God of War III Original Soundtrack
God of War III Original Soundtrack
Sumthing Else Music Works
March 30, 2010 (Physical Edition); March 16, 2010 (Digital Edition)
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The fifth instalment to the God of War series, God of War III is the final chapter of the current story arc, which follows protagonist Kratos through his brutal journeys and on-off relationships with the Greek gods. The music throughout the series has been consistently strong, and with the same composers featuring on the God of War III Original Soundtrack alongside newcomer Jeff Rona, it was almost preordained that it too would be an epic creation. With music from the inspired Gerard Marino, inventive Jeff Rona, fearsome Ron Fish and Mike Reagan, and melodious Cris Velasco, this soundtrack is easily the best in the series to date. It even boasts recordings at the Skywalker Ranch. The soundtrack was released as both a physical album and digital release through Sumthing Else Music Works. Read on to see what makes it so special.
Just as with the previous soundtracks, Gerard Marino once more contributes the most tracks to this soundtrack. Renowned for his aggressive orchestration and powerful musical style, Marino seems to take things a little further with his contributions here, which feature some fantastic melodies too. The opening theme, “God of War III Overture” is very similar to his “God of War II – Main Titles” on the previous album. With a focus on a chanting choir and the powerful use of strings and brass, “God of War III Overture” is the perfect taster track from Marino and a great reference to the series’ main theme. Following an increase in power offered by sustained brass and the emphatic choir, the best section comes in around 2:12 in the form of a gorgeous string announcement which journeys towards the end of the track. The following “Call to Arms” is another gripping piece, making use of a simple ‘cello ostinato, warring drums, and a well-scripted collaboration of brass and choir.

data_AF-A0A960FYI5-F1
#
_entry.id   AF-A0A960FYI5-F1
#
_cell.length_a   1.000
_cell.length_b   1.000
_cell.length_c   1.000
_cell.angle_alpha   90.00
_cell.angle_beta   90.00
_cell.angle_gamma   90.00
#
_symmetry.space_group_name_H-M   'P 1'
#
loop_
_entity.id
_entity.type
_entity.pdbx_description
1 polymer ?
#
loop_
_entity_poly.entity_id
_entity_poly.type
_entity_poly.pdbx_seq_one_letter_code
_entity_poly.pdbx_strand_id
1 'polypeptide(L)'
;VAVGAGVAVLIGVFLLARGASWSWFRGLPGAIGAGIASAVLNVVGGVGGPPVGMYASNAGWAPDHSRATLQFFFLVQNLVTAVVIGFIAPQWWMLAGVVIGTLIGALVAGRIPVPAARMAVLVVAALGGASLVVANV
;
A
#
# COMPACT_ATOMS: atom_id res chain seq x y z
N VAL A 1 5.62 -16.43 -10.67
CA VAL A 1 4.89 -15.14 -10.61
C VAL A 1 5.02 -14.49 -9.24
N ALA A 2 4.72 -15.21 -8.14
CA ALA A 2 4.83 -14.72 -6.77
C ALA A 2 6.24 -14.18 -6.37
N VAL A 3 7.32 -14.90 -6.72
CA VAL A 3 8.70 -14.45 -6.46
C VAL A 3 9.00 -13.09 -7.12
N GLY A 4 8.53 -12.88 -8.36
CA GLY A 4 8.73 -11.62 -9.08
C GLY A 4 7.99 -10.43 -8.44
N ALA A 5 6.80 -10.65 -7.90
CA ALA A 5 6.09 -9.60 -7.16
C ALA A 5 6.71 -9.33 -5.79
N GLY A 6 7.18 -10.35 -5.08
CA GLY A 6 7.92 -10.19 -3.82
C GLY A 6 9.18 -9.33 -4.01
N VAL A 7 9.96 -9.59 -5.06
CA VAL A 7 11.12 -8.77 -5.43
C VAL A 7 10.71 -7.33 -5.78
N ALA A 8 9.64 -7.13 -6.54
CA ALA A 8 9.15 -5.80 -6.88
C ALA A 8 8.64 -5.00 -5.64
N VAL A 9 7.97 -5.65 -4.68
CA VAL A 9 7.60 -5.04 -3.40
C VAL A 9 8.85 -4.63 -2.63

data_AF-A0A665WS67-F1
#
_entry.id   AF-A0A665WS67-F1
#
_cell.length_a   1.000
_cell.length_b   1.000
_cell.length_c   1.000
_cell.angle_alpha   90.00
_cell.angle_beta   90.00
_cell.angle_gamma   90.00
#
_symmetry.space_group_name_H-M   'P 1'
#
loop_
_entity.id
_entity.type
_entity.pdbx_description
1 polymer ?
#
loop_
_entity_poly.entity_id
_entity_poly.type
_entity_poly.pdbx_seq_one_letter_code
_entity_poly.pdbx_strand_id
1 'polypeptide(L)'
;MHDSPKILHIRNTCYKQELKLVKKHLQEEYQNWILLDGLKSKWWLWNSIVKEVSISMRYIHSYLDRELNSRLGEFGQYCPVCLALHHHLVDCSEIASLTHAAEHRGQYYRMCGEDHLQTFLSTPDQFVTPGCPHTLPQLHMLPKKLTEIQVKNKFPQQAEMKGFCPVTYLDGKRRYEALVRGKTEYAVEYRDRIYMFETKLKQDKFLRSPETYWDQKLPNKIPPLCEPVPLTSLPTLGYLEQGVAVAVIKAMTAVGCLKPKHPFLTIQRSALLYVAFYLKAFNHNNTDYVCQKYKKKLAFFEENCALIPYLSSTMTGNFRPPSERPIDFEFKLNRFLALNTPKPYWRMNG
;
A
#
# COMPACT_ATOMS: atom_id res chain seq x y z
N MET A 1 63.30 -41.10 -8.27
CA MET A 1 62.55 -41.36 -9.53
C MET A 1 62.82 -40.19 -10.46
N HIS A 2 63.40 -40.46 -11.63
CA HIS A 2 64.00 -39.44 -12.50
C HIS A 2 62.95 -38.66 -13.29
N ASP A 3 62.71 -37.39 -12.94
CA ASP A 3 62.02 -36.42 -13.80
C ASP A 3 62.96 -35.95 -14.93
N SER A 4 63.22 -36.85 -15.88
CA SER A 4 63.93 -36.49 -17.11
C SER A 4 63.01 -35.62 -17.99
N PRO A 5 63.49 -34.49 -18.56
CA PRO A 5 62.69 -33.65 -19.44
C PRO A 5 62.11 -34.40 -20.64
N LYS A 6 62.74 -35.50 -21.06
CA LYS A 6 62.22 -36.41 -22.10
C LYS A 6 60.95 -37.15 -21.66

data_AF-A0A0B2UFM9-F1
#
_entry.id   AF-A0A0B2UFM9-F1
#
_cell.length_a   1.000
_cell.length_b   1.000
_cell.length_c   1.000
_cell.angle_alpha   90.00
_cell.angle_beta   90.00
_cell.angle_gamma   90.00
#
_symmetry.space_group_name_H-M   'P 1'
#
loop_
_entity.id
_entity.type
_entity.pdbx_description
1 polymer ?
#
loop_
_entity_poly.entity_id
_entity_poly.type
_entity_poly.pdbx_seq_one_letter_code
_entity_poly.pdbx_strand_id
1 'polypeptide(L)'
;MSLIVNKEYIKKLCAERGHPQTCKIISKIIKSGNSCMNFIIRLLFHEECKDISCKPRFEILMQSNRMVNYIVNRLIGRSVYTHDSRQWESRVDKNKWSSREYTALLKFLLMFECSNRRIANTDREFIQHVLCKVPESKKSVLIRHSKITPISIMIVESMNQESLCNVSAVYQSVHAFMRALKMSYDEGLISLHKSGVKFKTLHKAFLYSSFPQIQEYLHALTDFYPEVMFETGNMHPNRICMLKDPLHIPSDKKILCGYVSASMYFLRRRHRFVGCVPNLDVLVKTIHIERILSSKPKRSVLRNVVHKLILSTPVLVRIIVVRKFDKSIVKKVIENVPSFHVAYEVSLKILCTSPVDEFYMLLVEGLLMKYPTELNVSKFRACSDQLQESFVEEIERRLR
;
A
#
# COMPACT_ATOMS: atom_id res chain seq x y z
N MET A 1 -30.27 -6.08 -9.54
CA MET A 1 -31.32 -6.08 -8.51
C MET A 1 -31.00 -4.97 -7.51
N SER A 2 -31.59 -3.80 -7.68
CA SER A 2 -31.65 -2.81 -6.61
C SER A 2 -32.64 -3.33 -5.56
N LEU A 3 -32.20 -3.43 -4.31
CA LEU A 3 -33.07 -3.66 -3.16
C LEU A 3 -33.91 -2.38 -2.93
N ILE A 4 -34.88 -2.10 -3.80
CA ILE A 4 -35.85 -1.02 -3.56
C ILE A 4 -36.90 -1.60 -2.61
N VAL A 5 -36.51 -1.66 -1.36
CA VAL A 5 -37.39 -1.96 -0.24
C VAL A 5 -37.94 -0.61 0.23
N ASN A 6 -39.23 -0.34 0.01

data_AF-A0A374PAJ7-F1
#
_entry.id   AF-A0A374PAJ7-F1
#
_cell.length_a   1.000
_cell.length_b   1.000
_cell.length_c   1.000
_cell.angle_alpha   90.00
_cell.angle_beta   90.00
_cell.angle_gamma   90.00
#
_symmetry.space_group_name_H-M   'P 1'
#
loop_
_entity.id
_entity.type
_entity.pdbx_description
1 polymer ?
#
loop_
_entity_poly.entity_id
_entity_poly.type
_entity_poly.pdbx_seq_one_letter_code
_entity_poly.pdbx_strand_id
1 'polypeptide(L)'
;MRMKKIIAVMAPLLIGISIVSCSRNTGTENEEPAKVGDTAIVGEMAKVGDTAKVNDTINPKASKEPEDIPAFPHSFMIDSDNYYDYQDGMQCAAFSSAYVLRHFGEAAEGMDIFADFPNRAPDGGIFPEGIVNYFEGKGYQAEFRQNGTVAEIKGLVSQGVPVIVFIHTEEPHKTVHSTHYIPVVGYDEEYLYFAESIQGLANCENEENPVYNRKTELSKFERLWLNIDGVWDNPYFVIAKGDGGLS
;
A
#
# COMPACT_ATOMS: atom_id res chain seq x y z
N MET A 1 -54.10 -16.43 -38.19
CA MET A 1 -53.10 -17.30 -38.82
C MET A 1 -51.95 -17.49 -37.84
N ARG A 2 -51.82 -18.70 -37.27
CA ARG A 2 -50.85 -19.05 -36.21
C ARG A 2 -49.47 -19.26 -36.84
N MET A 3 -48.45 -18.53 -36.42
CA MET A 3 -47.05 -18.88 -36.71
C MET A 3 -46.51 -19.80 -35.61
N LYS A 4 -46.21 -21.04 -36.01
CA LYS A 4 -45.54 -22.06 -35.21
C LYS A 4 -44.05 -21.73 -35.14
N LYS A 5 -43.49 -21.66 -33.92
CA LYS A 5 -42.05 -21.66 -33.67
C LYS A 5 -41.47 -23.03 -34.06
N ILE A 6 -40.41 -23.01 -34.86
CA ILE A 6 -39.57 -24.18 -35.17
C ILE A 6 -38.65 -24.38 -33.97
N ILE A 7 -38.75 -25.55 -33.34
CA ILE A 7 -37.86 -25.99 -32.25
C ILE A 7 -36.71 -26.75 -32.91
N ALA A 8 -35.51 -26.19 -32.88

Out of all of Marino’s themes, there are two which especially stand out to me. The first comes in the form of “Poseidon’s Wrath,” which is a fast-paced and manic track with a purposeful melody, besieged with enthralling crescendos, resounding drum beats, and other delicious devices. The power and passion that emanates from this track is astounding. The second theme I consider among Marino’s best is “Revenge Falling,” not to be confused with Reagan’s shorter, lesser developed “Revenge Rising.” Contrary to “Poseidon’s Wrath,” the success of “Revenge Falling” can be explained by its peculiar relationship between silence and brash noises. The key points in the track come at around 0:30 where we are greeted with the themes first ambient section, followed by the resultant rise and propagation of its main hard hitting section at 1:00 and melodic section at 2:15. To put it simply, “Revenge Falling” is a incredibly-mixed musical rollercoaster, and one without any safety rails either.
Mike Reagan’s contributions to the soundtrack almost seem pitifully few in comparison to Marino’s, with just four new themes featuring on the album. Nonetheless, the themes we do hear from him are still worthy, and are at least of the quality of his co-composers. His first input, “The Forge of Hephaestus” actually starts off as one of the album’s more ambient tracks before leading into a resounding roar of instruments around 1:40. With the use of a plucked string instrument, eerie bass motifs and prominent choir, the build-up to the track’s impacting section is both creative and mysterious. “The Great Machine” is another alluring track with its threatening drum beat, invigorating high-pitched string motifs, and authoritative militaristic brass parts. It is “In the Face of Fear” though which I find to be Reagan’s most compelling track. The bold, aggressive manner stemming from this theme coupled with Reagan’s strongest melody results in a powerful musical blend, with the emphasis placed on creating that ever so important ominous aura. It easily parallels the best of Hollywood’s epics.